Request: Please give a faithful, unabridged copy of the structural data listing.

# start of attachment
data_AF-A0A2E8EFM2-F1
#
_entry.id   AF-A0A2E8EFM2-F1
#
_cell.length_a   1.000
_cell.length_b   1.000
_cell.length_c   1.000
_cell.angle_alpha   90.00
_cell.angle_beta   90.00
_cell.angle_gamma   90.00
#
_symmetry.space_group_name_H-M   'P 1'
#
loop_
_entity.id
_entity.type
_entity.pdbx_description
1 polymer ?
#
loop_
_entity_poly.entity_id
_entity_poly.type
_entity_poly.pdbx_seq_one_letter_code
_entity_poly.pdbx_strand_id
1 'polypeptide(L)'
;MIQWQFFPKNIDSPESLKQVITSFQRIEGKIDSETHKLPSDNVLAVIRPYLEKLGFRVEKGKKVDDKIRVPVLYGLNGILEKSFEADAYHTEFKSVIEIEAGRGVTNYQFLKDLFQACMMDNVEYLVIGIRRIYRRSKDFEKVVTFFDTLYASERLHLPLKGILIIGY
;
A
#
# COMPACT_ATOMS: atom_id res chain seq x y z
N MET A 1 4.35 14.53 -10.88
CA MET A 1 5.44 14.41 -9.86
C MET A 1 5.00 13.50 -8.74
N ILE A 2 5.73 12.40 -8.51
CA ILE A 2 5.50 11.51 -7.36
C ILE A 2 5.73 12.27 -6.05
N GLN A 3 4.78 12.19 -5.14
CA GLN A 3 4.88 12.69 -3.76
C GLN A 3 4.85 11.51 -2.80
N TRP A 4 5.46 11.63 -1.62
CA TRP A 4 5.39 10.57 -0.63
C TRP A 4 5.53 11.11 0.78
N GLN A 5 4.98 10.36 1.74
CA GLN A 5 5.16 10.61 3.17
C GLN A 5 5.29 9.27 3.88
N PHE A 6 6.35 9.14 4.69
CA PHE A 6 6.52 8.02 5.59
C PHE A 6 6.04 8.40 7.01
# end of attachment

data_AF-A0A2E8EFM2-F1
#
_entry.id   AF-A0A2E8EFM2-F1
#
_cell.length_a   1.000
_cell.length_b   1.000
_cell.length_c   1.000
_cell.angle_alpha   90.00
_cell.angle_beta   90.00
_cell.angle_gamma   90.00
#
_symmetry.space_group_name_H-M   'P 1'
#
loop_
_entity.id
_entity.type
_entity.pdbx_description
1 polymer ?
#
loop_
_entity_poly.entity_id
_entity_poly.type
_entity_poly.pdbx_seq_one_letter_code
_entity_poly.pdbx_strand_id
1 'polypeptide(L)'
;MIQWQFFPKNIDSPESLKQVITSFQRIEGKIDSETHKLPSDNVLAVIRPYLEKLGFRVEKGKKVDDKIRVPVLYGLNGILEKSFEADAYHTEFKSVIEIEAGRGVTNYQFLKDLFQACMMDNVEYLVIGIRRIYRRSKDFEKVVTFFDTLYASERLHLPLKGILIIGY
;
A
#
# COMPACT_ATOMS: atom_id res chain seq x y z
N MET A 1 4.35 14.53 -10.88
CA MET A 1 5.44 14.41 -9.86
C MET A 1 5.00 13.50 -8.74
N ILE A 2 5.73 12.40 -8.51
CA ILE A 2 5.50 11.51 -7.36
C ILE A 2 5.73 12.27 -6.05
N GLN A 3 4.78 12.19 -5.14
CA GLN A 3 4.88 12.69 -3.76
C GLN A 3 4.85 11.51 -2.80
N TRP A 4 5.46 11.63 -1.62
CA TRP A 4 5.39 10.57 -0.63
C TRP A 4 5.53 11.11 0.78
N GLN A 5 4.98 10.36 1.74
CA GLN A 5 5.16 10.61 3.17
C GLN A 5 5.29 9.27 3.88
N PHE A 6 6.35 9.14 4.69
CA PHE A 6 6.52 8.02 5.59
C PHE A 6 6.04 8.40 7.01